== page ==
"You just get tired," he said. "So much fear, so much death."
But thousands of other young men who remained loyal to the gangs — or simply kept their gang tattoos — have been squeezed into aging prisons. In May, fire swept through San Pedro's state penitentiary, killing 107 prisoners, most of them Mara Salvatrucha members. Authorities insist a short circuit sparked the blaze, but the warden was removed from his post and charged with homicide.
That fire came 13 months after some suspected gang members were locked in their cells, doused with gasoline and set ablaze during a riot at the El Porvenir prison farm near the Caribbean city of La Ceiba. Nearly 70 people, including prisoners, visitors and guards, were killed.
Who threw gasoline on the prisoners remains unclear, but a government report said 47 of those slain had been shot. It concluded that guards did most of the killings, though some prisoners also had guns.
Gang members also go after one another in prison. That's what happened to Eduardo Antonio Velasquez, a Mara Salvatrucha member known on the streets of San Pedro Sula as "The Skull," who was arrested in May at the funeral of a fellow gang member.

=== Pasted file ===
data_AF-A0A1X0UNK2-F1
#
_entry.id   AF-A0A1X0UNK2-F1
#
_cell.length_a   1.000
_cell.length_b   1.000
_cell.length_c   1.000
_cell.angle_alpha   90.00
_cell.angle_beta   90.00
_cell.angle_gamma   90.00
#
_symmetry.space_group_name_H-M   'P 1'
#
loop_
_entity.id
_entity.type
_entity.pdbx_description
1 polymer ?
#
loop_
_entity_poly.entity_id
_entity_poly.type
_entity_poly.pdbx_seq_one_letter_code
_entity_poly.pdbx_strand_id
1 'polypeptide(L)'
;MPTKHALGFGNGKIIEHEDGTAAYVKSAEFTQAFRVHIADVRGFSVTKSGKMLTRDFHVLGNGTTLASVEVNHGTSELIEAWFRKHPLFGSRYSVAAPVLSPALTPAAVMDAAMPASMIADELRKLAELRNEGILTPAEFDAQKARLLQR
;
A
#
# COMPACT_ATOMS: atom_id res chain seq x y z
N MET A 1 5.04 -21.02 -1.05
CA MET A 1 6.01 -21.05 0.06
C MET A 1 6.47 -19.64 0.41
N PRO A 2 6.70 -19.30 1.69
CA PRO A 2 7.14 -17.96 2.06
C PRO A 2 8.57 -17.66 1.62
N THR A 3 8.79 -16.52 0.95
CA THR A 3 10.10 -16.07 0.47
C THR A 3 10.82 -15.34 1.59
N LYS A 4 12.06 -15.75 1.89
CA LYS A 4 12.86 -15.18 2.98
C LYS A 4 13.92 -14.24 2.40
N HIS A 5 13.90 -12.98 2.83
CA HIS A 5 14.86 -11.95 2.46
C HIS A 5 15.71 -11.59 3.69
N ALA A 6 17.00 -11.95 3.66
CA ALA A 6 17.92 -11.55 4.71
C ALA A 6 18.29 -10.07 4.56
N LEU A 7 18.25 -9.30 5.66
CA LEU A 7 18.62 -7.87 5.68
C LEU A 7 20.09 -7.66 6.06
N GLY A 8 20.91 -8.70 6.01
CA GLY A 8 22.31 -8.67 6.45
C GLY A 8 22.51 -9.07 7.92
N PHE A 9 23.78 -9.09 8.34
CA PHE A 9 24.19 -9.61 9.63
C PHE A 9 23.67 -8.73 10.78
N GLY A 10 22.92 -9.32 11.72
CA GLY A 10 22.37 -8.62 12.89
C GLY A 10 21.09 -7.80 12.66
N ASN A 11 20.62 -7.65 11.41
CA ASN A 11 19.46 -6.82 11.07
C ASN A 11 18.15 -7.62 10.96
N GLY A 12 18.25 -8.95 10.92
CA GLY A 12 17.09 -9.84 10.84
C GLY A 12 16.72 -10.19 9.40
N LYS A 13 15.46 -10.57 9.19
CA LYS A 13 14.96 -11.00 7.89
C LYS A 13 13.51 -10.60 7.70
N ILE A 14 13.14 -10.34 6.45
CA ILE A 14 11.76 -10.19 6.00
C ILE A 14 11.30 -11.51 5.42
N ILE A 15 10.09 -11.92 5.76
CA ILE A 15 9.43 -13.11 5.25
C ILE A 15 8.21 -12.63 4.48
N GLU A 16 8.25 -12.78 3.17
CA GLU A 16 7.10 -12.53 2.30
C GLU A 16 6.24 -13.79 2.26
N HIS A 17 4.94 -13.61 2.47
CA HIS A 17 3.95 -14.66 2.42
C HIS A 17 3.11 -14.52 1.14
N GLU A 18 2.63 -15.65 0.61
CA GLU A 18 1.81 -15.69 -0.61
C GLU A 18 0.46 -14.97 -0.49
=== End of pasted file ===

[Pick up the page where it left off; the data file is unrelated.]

His interrogation led investigators to a gang cache of buried machine guns, his neighbors and a Roman Catholic priest said.
In prison, other Mara Salvatrucha members hacked him to pieces with homemade machetes for divulging information and dumped the remains down a storm drain.
"For a lot of people he was bad, a criminal," said his 74-year-old grandmother, Trinidad Argueta. "But for me he was a good boy."
An overworked system
Those not killed behind bars can expect to wait months or years while an overworked justice system processes them. In San Pedro Sula, for instance, 302 suspects have been jailed, but just two have been convicted on gang-membership charges, said investigator Allan Reyes.
Imprisoned in that city's penitentiary for being a Mara Salvatrucha member, Luis Alberto Tejada has "Forgive me, mother, for my crazy life" tattooed across his chest. He said he has remained behind bars for weeks while prosecutors work to link him to a double homicide.
"You put a generation of us in prison, without rehabilitation. The message is the country has given up on its young people," said Tejada, 24. "Honduras is throwing away its future."